Good Food Writing—What Is It?March 24, 2012
My Reconciliation with Gefilte FishApril 8, 2012
Regular readers of this blog know that I love Korean food. While there are several restaurants in Manhattan’s Koreatown that I consider my favorites (depending on whether I’m in the mood for bibimbap, BBQ, or tofu), Brooklyn is the place I head to when I want the BEST Korean food in NYC, bar none. The spot in question is my friend Robynne’s dining room. (I apologize for torturing all of you who have not had the pleasure of eating there.) The home that she shares with her husband, Chuck, and their adorable pets, Lola and Cheddar, has been the site of many a legendary meal. Receiving an invitation to one of their feasts is like opening the wrapper of a chocolate bar and discovering one of Willy Wonka’s coveted golden tickets tucked inside.
In addition to the fact that Robynne and Chuck are among my dearest friends and truly wonderful human beings, here’s what else you need to know about them: Rob is one of the best home cooks I’ve ever met (to say nothing of her credentials as a professional pastry chef, caterer, culinary professor, and food writer/editor—we met while working at Gourmet years ago). Chuck used to work as a mixologist/bartender/wine guru for restaurants like Prune and Savoy until he left the hospitality field to do Internet graphic design, and he’s also a talented visual artist. (He is, however, a Mets fan, proving that nobody’s perfect.)
Individually, they are both amazing, but together, they are even greater than the sum of their parts. The consummate hosts, they ply their guests with a steady flow of sparkling wine, cocktails, ice-cold beer, elegant reds, and a range of post-prandial libations, all while serving up some of the tastiest food around. The perfectionist in me gets slightly intimidated by the thought of throwing a dinner party, but Rob and Chuck make it look easy. You know the type—those handsome couples you see in food magazines who pull off the most elaborate multi-course meals without even breaking a sweat. (If I didn’t love the two of them so much, I might want to strangle them with kitchen twine, but any aggressive inclinations are quickly forgotten as I take another sip of that perfectly mixed sidecar.)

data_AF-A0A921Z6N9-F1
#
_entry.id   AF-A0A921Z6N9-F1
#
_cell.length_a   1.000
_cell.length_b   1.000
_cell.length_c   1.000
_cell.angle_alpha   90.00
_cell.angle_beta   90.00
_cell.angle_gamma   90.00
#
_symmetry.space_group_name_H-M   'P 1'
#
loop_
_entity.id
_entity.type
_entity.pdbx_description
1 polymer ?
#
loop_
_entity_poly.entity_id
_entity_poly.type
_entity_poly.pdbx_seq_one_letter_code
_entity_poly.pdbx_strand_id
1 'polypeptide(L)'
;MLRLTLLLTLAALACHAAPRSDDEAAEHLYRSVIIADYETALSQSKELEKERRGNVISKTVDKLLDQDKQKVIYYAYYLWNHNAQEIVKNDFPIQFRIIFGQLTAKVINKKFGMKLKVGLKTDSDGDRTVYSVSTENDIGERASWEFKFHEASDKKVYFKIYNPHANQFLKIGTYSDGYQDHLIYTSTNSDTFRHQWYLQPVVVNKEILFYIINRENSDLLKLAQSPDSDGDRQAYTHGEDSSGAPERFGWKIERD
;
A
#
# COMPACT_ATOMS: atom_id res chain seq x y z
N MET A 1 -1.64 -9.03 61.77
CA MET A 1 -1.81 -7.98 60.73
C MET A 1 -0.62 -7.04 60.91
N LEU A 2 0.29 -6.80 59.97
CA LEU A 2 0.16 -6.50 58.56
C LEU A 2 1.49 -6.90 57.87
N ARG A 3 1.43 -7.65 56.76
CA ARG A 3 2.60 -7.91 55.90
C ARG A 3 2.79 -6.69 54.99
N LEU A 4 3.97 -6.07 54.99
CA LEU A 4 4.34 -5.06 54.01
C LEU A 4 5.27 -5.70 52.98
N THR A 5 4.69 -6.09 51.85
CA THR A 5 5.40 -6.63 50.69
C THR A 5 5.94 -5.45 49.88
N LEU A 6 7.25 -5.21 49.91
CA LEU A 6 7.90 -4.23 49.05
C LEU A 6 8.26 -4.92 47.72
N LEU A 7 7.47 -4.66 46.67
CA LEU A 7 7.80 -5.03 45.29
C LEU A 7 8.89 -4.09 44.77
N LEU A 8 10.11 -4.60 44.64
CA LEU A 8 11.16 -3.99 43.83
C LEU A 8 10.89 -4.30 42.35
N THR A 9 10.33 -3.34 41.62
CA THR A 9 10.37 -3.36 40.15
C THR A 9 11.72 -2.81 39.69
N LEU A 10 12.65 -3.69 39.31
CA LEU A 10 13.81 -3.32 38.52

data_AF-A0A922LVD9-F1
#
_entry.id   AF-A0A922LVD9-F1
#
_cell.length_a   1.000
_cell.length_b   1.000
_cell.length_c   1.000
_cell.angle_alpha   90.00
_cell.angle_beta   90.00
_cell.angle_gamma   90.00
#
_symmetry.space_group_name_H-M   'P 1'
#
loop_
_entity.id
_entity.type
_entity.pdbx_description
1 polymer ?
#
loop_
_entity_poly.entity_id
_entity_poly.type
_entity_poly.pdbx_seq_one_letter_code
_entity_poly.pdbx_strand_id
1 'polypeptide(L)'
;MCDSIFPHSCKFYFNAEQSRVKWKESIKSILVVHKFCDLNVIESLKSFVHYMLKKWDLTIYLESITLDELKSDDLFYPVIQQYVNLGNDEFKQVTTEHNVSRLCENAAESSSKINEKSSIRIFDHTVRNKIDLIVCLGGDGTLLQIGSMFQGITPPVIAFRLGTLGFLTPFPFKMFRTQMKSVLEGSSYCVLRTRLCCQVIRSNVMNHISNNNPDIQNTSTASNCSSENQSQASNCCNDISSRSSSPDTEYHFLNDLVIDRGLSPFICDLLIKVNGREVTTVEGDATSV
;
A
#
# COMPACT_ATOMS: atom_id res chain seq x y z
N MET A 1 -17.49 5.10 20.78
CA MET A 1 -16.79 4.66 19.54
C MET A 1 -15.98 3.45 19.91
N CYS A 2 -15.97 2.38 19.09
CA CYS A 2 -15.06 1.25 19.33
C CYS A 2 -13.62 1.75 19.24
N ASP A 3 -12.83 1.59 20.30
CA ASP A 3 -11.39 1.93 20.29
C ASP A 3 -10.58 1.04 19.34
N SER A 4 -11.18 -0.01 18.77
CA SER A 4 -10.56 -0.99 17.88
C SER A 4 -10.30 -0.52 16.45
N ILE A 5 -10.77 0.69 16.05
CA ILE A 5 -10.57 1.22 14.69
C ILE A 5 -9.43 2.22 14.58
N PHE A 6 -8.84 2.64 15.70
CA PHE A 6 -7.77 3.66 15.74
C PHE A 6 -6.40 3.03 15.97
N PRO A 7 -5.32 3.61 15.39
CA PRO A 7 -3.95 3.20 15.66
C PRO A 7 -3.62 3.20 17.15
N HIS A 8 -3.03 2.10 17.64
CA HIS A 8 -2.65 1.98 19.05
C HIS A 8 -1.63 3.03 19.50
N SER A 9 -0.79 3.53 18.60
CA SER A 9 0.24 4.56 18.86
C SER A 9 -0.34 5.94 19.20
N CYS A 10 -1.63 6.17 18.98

Every so often (though not nearly often enough for MY gluttonous taste), Robynne—who is partly of Korean descent—goes nuts and make a full-scale Korean feast, using the recipes she learned from her mother and grandmother. Last week was one of those fortunate times—as notable as a total solar eclipse and far more enjoyable. When she emailed me about the dinner several weeks earlier, I blocked out the date on my calendar in ALL CAPS, like some Internet newbie, and dug a broad moat of free time around it to ensure that there would be no threat of any scheduling conflict. (Is it embarrassing to admit that I arrived at 5pm on the dot? Not to me. And if you’ve ever attended one of their gatherings, you’d understand.)
In the end, the meal did not disappoint, and after it was over, Robynne even sent me home with a goody bag filled with leftovers. Sadly, they’re all gone now, devoured in a fugue state (it wasn’t pretty). Now, all I have left are my photos, some wonderful memories, and an even-more powerful addiction to gochujang (Korean red-pepper paste) than I had before.
Thank you, my dear friends, for always being so funny, smart, thoughtful, kind, and generous.
Robynne, preparing the mandoo soup (dumplings served in a broth made with chicken, mirepoix, garlic, and soy sauce).
Robynne topped the soup with toasted nori and scallions, and at the table, we all added in spoonfuls of a condiment made from gochujang, shoyu, rice vinegar, sugar, scallions, cilantro, and toasted sesame seeds, which added an incredible depth of flavor.
Bibum guksu (somen noodles with vegetables in a ginger-scallion sauce, served at room temperature)
Clockwise from top left: zucchini jeon (jeon refers to a range of pan-fried dishes); kanpyo jeon (kanpyo is a kind of gourd) with celery and scallions; bin dae duk (mung-bean and kimchi pancakes); and codfish jeon.
Assorted panchan and kimchi (clockwise from top left): fernbrake; seaweed; cucumber and bellflower; cucumber kimchi; watercress; and mung-bean sprouts.
A very bad photo of the delicious kalbi (marinated short ribs) that Chuck grilled in the back garden.
Dessert: Coconut mochi (with a hidden upside-down layer of pineapple), cooling on the counter near the seedlings.
The happy family (from l-r.): Cheddar, Chuck, Robynne & Lola.
Cheddar, one of the sweetest dogs in the world.